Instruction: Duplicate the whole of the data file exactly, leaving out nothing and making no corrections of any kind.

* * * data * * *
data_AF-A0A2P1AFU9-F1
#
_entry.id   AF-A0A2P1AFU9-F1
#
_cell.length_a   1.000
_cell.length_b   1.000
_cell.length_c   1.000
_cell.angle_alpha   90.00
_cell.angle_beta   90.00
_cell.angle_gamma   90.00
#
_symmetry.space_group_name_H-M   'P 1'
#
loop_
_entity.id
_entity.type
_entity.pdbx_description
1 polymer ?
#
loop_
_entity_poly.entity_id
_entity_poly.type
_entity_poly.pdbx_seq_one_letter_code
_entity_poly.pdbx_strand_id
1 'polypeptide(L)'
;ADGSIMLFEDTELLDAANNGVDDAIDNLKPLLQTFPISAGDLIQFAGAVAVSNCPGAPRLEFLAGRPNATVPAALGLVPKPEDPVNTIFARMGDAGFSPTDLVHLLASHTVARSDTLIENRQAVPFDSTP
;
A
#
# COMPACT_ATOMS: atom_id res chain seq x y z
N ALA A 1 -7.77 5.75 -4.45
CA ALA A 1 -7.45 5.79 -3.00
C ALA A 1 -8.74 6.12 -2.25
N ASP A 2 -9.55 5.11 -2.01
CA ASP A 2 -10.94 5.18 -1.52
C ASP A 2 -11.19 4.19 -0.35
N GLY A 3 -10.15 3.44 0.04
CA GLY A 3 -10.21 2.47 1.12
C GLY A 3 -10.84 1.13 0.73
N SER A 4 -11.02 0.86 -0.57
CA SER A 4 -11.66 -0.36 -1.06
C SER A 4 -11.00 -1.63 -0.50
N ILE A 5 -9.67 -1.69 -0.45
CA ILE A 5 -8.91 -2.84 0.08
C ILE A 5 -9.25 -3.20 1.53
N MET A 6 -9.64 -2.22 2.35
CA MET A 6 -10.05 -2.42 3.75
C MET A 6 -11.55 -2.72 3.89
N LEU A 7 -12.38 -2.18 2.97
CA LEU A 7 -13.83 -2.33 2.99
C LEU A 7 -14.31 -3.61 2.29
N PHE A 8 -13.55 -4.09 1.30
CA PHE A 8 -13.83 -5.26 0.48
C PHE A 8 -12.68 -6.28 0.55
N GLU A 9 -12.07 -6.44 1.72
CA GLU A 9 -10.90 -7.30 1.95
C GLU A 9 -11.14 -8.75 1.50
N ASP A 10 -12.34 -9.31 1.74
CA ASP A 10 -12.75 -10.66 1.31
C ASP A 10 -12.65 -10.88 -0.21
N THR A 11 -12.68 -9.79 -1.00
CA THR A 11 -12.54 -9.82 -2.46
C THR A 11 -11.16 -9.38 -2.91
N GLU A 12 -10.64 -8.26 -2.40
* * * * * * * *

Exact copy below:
data_AF-A0A2P1AFU9-F1
#
_entry.id   AF-A0A2P1AFU9-F1
#
_cell.length_a   1.000
_cell.length_b   1.000
_cell.length_c   1.000
_cell.angle_alpha   90.00
_cell.angle_beta   90.00
_cell.angle_gamma   90.00
#
_symmetry.space_group_name_H-M   'P 1'
#
loop_
_entity.id
_entity.type
_entity.pdbx_description
1 polymer ?
#
loop_
_entity_poly.entity_id
_entity_poly.type
_entity_poly.pdbx_seq_one_letter_code
_entity_poly.pdbx_strand_id
1 'polypeptide(L)'
;ADGSIMLFEDTELLDAANNGVDDAIDNLKPLLQTFPISAGDLIQFAGAVAVSNCPGAPRLEFLAGRPNATVPAALGLVPKPEDPVNTIFARMGDAGFSPTDLVHLLASHTVARSDTLIENRQAVPFDSTP
;
A
#
# COMPACT_ATOMS: atom_id res chain seq x y z
N ALA A 1 -7.77 5.75 -4.45
CA ALA A 1 -7.45 5.79 -3.00
C ALA A 1 -8.74 6.12 -2.25
N ASP A 2 -9.55 5.11 -2.01
CA ASP A 2 -10.94 5.18 -1.52
C ASP A 2 -11.19 4.19 -0.35
N GLY A 3 -10.15 3.44 0.04
CA GLY A 3 -10.21 2.47 1.12
C GLY A 3 -10.84 1.13 0.73
N SER A 4 -11.02 0.86 -0.57
CA SER A 4 -11.66 -0.36 -1.06
C SER A 4 -11.00 -1.63 -0.50
N ILE A 5 -9.67 -1.69 -0.45
CA ILE A 5 -8.91 -2.84 0.08
C ILE A 5 -9.25 -3.20 1.53
N MET A 6 -9.64 -2.22 2.35
CA MET A 6 -10.05 -2.42 3.75
C MET A 6 -11.55 -2.72 3.89
N LEU A 7 -12.38 -2.18 2.97
CA LEU A 7 -13.83 -2.33 2.99
C LEU A 7 -14.31 -3.61 2.29
N PHE A 8 -13.55 -4.09 1.30
CA PHE A 8 -13.83 -5.26 0.48
C PHE A 8 -12.68 -6.28 0.55
N GLU A 9 -12.07 -6.44 1.72
CA GLU A 9 -10.90 -7.30 1.95
C GLU A 9 -11.14 -8.75 1.50
N ASP A 10 -12.34 -9.31 1.74
CA ASP A 10 -12.75 -10.66 1.31
C ASP A 10 -12.65 -10.88 -0.21
N THR A 11 -12.68 -9.79 -1.00
CA THR A 11 -12.54 -9.82 -2.46
C THR A 11 -11.16 -9.38 -2.91
N GLU A 12 -10.64 -8.26 -2.40